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Logos



Joined: 23 Sep 2015
Posts: 13
Logos
Hi!

I would like to call a subroutine at a absolute 32bit address. Would this work?

mov edx,0xf000000e
call edx

If I would like to return from that subroutine, what instruction should I use?
Post 26 Sep 2015, 23:21
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JohnFound



Joined: 16 Jun 2003
Posts: 3502
Location: Bulgaria
JohnFound
Yes, it will work. But if you know the address why not use directly "call 0xf000000e"?

Another deal is what code will stay on this address. If you didn't place code on this address, the above instruction will end with exception.

The subroutine must end with instruction "retn" or "retf" in order to return to the caller.
Post 27 Sep 2015, 05:00
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Trinitek



Joined: 06 Nov 2011
Posts: 257
Trinitek
JohnFound wrote:
Yes, it will work. But if you know the address why not use directly "call 0xf000000e"?
From what I gather from the Intel manual, that is not going to do the same thing as Logos's code. Logos is executing an absolute indirect call, which can't be encoded to use immediate data as the address. The only variants that accept immediate data are relative displacement calls.
Post 27 Sep 2015, 05:19
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JohnFound



Joined: 16 Jun 2003
Posts: 3502
Location: Bulgaria
JohnFound
It will work. The assembler will compute the proper instruction encoding. If you need to call particular known address, it will work OK. (test it)

It is another story that such calls are never used with protected mode OS because you simply can't know where some subroutine is located.

Logos is simply too beginner to realize what he really wants. Wink
Post 27 Sep 2015, 06:35
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Logos



Joined: 23 Sep 2015
Posts: 13
Logos
JohnFound wrote:

It is another story that such calls are never used with protected mode OS because you simply can't know where some subroutine is located.

Logos is simply too beginner to realize what he really wants. Wink


Ok! So what you are saying is that it would override the MMU?
Post 27 Sep 2015, 13:35
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Logos



Joined: 23 Sep 2015
Posts: 13
Logos
JohnFound wrote:
Yes, it will work. But if you know the address why not use directly "call 0xf000000e"?

Another deal is what code will stay on this address. If you didn't place code on this address, the above instruction will end with exception.

The subroutine must end with instruction "retn" or "retf" in order to return to the caller.


I'm writing a compiler, and it generates machinecode.

call 0xf000000e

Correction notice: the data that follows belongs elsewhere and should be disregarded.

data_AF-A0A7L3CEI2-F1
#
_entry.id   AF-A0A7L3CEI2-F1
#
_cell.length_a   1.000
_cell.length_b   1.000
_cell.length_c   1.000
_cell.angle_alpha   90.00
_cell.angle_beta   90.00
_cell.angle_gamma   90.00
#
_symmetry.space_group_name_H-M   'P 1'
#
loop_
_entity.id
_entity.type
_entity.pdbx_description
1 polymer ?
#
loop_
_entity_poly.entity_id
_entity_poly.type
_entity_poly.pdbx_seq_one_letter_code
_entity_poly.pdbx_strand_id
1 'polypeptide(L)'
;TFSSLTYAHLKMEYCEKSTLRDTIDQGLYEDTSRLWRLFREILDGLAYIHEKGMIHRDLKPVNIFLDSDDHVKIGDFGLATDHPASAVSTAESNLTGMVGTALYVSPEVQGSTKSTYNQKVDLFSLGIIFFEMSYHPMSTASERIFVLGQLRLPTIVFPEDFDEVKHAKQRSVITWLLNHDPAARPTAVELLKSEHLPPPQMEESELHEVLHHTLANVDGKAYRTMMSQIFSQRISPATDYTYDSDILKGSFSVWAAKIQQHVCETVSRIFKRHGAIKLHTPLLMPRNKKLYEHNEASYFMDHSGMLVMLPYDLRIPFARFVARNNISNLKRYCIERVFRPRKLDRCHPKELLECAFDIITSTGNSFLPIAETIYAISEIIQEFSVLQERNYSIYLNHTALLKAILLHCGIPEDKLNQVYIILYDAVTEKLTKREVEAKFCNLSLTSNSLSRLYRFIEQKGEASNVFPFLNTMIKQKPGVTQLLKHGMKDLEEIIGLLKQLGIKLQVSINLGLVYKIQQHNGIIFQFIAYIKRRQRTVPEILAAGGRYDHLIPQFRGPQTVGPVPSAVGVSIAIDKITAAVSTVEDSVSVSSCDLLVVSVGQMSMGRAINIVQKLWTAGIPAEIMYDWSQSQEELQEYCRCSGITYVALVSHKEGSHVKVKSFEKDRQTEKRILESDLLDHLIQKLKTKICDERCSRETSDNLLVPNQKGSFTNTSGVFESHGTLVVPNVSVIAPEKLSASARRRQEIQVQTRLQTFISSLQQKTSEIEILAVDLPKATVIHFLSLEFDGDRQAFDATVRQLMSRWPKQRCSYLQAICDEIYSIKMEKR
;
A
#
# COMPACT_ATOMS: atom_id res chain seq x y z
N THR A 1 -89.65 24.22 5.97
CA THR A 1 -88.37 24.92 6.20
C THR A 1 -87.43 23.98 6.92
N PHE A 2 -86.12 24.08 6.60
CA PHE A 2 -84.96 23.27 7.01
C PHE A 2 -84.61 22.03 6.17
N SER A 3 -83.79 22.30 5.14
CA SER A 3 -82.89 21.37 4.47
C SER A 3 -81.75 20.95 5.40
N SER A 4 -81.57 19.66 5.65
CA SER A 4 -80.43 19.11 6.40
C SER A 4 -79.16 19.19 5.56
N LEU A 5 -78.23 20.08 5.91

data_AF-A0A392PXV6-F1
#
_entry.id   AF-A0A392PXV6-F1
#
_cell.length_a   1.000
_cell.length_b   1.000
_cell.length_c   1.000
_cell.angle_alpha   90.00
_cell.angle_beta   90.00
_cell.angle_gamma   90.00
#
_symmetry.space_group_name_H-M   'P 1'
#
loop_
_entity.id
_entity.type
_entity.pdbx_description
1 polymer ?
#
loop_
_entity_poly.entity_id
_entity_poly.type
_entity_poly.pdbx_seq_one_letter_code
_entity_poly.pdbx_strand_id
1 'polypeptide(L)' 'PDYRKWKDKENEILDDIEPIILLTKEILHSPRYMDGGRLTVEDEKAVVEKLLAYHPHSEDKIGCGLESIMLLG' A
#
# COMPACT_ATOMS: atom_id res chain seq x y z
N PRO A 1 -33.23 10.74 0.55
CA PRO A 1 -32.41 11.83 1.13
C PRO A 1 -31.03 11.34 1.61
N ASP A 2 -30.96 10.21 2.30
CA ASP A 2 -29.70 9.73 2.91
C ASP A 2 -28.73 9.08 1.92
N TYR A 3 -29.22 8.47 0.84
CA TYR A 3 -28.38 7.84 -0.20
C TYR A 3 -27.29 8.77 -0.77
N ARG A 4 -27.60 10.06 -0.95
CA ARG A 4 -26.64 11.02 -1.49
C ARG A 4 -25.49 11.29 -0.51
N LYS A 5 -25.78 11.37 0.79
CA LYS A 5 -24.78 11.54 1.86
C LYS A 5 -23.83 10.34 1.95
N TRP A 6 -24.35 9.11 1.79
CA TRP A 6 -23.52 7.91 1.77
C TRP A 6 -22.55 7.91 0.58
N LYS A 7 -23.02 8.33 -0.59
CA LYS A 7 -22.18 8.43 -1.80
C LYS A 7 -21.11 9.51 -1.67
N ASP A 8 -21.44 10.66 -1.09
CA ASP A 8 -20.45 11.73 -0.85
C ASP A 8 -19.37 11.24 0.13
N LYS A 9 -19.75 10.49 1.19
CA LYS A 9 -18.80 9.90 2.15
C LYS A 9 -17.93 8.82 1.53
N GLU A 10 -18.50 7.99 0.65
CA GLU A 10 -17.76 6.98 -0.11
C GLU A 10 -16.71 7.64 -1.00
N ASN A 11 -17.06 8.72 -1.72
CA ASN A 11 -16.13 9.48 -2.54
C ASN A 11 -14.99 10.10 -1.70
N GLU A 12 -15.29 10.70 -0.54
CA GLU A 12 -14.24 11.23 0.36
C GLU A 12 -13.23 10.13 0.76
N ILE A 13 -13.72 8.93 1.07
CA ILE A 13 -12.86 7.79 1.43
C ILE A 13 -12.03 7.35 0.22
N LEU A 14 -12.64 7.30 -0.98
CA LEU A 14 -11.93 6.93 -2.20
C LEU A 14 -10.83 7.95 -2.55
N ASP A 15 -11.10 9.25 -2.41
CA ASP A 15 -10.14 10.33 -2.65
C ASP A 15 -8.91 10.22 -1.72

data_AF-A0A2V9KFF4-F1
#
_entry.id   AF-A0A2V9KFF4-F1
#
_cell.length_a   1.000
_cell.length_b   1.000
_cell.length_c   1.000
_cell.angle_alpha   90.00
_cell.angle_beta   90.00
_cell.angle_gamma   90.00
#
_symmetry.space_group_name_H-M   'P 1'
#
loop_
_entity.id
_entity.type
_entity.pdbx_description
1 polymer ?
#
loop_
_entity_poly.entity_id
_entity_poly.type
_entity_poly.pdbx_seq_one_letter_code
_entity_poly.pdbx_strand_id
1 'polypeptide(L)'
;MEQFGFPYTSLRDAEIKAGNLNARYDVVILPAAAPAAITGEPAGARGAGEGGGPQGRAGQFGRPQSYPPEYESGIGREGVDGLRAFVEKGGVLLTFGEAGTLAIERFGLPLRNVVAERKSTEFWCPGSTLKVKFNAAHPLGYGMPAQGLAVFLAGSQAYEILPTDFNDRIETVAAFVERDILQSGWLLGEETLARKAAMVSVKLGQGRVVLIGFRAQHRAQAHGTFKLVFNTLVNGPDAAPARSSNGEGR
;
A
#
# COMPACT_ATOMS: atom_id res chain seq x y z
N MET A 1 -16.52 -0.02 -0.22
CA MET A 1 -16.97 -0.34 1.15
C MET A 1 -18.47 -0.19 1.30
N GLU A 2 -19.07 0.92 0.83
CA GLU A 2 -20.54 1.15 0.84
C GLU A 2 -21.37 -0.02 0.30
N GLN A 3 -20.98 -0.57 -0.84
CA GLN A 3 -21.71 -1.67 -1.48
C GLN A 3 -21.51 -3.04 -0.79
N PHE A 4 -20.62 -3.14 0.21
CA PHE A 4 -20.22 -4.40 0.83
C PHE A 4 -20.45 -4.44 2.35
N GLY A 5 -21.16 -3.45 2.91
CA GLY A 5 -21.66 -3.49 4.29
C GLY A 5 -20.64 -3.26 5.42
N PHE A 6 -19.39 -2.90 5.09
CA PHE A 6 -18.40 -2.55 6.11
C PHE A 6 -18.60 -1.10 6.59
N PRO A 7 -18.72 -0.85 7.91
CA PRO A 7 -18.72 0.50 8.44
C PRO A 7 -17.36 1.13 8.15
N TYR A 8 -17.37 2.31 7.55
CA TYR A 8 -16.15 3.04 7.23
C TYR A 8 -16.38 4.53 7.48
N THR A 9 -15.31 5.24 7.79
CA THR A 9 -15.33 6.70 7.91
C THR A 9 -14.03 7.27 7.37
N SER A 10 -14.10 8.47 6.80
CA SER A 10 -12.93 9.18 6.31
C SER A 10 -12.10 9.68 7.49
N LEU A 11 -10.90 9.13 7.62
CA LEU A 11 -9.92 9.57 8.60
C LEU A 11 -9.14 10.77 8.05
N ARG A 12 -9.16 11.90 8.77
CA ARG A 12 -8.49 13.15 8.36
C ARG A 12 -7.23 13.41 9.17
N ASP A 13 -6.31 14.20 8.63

would make a subroutine jump with a relative address. I would like to use a absolute address.

If I use retn, wouldn't that leave residue data on the stack? Isn't retf the right instruction?

As I'm making machine code directly, I cant depend on someone else compiler to correct stuff for me.

I will hand code some machine code, tomorrow to see that everything work as it should. But just now, I'm gathering all intel I need, to make my compiler do generate working code, so I don't have to debug more than necessary.
Post 27 Sep 2015, 18:22
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Trinitek



Joined: 06 Nov 2011
Posts: 257
Trinitek
Code:
mov eax, 0xf000000e
call eax            ; Call near, absolute indirect
; ...
retn                ; Opcode = 0xC3, Near return to calling procedure    
That will do what you are wanting to do. But JohnFound is right, you'd never use the above in a protected mode operating system because the function that you want to call might not actually exist at that location. The operating system is free to move memory around as it pleases, thus changing the absolute addresses. That's why relative addresses are preferred.

A little note, also: RETN is also used to return from relative address calls. RETF is only used for far calls, which, in a protected mode environment, are used for jumping to locations belonging to different tasks that might be running in the same or a different privilege level.

Additionally, there is a variant of RETN and RETF that allows you to specify how many bytes to pop from the stack if you have junk data from the called procedure that you don't need anymore. Check the Intel docs for that.
Post 29 Sep 2015, 02:18
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sunnysigil



Joined: 18 Jun 2014
Posts: 6
sunnysigil
Trinitek wrote:
[code]mov eax, 0xf000000e
Additionally, there is a variant of RETN and RETF that allows you to specify how many bytes to pop from the stack if you have junk data from the called procedure that you don't need anymore. Check the Intel docs for that.


It's simply ret imm16 where imm16 is the amount of bytes you wish to release off the stack.
Post 03 Dec 2015, 11:19
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